This morning I did something I’m a little ashamed of. I locked myself in my office, opened up my computer and began to surf the web and look at things I knew I probably shouldn’t be looking at.

I ended up on sites that I knew would get me in trouble. Sites that could lead me down a path that I’d have a hard time explaining to my wife. Sites that make time fly and that you can spend a whole morning wasting your time on.

You know the ones – camera review sites.

I had a good case of camera lust this morning and I’m not really proud of it.

It started off innocently enough – I was simply checking in on a few of my favourite blogs (thanks Dave, Steve and Eric) but a simple comment or two about a couple of cameras from those guys and I was off on a wild ride. In the next 2 hours I looked at new mirror less cameras from Olympus, old film cameras from Contax, lenses from Leica, ND Filters, Speedlights, read detailed comparisons on Nikon and Canon’s new DSLRs and much much more.

At the end of it all I had read a lot, compared a lot, wished I had a lot but I had done absolutely nothing.

Is Camera Lust Destroying our Photography?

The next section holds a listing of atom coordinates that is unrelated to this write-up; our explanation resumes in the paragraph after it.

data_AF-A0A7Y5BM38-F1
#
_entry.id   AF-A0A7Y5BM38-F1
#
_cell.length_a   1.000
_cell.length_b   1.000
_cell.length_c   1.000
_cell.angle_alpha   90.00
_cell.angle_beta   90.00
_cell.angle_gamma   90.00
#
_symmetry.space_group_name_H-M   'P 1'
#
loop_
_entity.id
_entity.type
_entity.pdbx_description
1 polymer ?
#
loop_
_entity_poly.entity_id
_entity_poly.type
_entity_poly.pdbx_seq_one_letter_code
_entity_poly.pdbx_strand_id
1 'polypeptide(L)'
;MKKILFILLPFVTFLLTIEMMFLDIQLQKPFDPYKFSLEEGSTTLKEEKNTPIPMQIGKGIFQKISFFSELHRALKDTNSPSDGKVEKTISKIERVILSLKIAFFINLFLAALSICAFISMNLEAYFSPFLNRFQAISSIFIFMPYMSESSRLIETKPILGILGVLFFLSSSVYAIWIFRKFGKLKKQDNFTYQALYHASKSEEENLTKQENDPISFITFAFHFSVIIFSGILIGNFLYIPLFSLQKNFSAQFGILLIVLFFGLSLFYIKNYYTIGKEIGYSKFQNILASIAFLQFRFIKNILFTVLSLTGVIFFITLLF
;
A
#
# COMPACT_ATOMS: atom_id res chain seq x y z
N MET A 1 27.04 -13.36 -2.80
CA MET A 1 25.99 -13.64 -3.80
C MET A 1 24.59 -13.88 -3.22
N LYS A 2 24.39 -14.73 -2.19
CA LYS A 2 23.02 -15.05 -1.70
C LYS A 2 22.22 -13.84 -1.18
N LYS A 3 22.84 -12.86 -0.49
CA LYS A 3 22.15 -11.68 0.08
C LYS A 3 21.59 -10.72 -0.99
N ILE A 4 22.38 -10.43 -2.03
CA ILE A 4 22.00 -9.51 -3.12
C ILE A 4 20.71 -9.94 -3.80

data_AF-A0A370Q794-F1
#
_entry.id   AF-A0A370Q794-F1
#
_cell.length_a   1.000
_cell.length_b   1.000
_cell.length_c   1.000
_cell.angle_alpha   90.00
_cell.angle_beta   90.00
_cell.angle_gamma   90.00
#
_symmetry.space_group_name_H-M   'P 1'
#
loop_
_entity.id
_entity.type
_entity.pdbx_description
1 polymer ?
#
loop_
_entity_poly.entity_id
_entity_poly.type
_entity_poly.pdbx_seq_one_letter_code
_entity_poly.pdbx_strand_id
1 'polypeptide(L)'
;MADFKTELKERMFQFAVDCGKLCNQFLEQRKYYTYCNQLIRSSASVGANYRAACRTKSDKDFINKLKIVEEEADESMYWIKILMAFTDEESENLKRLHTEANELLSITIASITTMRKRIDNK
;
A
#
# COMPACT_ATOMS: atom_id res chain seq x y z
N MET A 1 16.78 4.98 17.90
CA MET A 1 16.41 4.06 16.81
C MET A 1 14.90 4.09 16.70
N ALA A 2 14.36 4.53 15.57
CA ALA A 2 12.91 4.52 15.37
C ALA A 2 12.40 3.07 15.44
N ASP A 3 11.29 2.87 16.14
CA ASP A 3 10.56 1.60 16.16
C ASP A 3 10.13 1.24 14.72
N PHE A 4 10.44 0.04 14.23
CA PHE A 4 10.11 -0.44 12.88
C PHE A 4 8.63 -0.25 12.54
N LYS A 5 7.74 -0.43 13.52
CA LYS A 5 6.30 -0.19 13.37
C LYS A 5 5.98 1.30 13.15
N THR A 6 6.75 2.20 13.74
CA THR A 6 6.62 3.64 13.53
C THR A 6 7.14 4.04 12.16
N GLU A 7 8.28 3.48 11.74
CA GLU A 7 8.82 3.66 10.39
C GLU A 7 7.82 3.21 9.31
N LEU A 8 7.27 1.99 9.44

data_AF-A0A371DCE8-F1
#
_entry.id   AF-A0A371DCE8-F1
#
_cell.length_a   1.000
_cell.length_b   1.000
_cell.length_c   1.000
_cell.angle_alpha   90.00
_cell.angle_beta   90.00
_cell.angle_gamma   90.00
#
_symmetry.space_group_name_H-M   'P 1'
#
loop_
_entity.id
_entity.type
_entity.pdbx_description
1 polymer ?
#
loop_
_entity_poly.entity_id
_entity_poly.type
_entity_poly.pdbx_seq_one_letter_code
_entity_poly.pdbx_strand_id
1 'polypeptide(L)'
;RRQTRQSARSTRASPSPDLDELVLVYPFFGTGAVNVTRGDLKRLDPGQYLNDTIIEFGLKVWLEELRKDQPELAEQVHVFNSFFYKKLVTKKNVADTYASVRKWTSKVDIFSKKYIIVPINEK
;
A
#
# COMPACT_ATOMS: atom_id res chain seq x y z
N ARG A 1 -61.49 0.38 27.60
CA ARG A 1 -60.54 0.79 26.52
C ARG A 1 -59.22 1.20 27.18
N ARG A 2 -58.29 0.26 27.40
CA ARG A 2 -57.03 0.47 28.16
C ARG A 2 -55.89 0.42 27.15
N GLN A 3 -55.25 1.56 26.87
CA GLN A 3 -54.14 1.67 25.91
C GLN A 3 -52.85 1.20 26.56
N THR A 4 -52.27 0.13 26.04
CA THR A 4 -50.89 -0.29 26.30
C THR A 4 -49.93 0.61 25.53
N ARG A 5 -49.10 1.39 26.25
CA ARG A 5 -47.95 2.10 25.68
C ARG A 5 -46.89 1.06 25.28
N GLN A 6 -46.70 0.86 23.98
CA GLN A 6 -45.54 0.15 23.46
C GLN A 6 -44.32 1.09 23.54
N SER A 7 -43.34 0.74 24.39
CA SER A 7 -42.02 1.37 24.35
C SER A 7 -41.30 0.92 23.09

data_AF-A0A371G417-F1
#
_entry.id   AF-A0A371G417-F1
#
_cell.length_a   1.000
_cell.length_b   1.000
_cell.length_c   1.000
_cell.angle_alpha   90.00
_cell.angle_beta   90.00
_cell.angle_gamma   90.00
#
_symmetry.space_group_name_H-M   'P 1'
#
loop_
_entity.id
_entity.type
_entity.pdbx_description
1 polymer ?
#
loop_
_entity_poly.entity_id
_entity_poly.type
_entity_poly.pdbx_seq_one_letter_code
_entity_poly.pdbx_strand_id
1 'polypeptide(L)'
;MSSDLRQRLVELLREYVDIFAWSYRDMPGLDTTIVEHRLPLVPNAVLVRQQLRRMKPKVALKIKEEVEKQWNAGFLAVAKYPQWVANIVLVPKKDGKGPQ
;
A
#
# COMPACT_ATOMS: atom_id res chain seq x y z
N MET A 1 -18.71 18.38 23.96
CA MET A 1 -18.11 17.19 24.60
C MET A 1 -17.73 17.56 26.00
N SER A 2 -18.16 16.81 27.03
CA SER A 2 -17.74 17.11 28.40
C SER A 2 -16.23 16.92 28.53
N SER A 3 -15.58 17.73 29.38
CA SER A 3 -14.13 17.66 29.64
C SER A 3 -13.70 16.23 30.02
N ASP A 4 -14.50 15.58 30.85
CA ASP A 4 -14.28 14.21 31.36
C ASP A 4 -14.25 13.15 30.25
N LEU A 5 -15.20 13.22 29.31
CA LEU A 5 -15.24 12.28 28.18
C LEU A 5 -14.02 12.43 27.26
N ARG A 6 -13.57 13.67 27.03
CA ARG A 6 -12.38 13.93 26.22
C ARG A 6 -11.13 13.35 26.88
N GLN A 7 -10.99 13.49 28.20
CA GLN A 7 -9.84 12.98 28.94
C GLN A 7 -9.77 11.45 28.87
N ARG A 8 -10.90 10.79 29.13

This might sound a little strange coming from the owner of a photography site that publishes a camera review or two a week but sometimes I think our lust for cameras and gear could be getting in the way of actually becoming better photographers.

Perhaps ‘destroying our photography’ is a little harsh – but at the very least I suspect camera lust is distracting us from photography.

A Common Comment I Hear

“If I could just upgrade to a better camera or lens my photos would be better.”

I get a lot of emails from readers who seem to put a lot of hope into a new piece of gear improving their photography.

While there’s no doubt that there is a difference in the output of one camera vs another and that not all lenses are equal – I do sometimes wonder what would happen if we put the time and energy that we put into researching gear into actually practicing our photography whether we’d see a bigger improvement.

This morning I spent a good 2 hours looking at cameras that I could have spent out with one of the cameras I already have at my disposal (and I have a few to choose from).

Use The Gear You’ve Got

I have no problem with buying new gear or upgrading your camera but I guess this post is a challenge to us all (and mainly myself) to actually keep your camera lust in check and to get out and use the gear you’ve got.

The best way to improve your photography has nothing to do with the gear you’ve got. It’s all about practice.

It’s about taking (or wearing) and using your camera. It’s about learning to see light. It’s about understanding how your camera works. It’s about experimentation and play. It’s about learning and using new techniques.

Do you find yourself distracted by Camera Lust? What advice would you give others who do too?

Post originally from: Digital Photography Tips.

Check out our more Photography Tips at Photography Tips for Beginners, Portrait Photography Tips and Wedding Photography Tips.

Is Camera Lust Destroying Your Photography?


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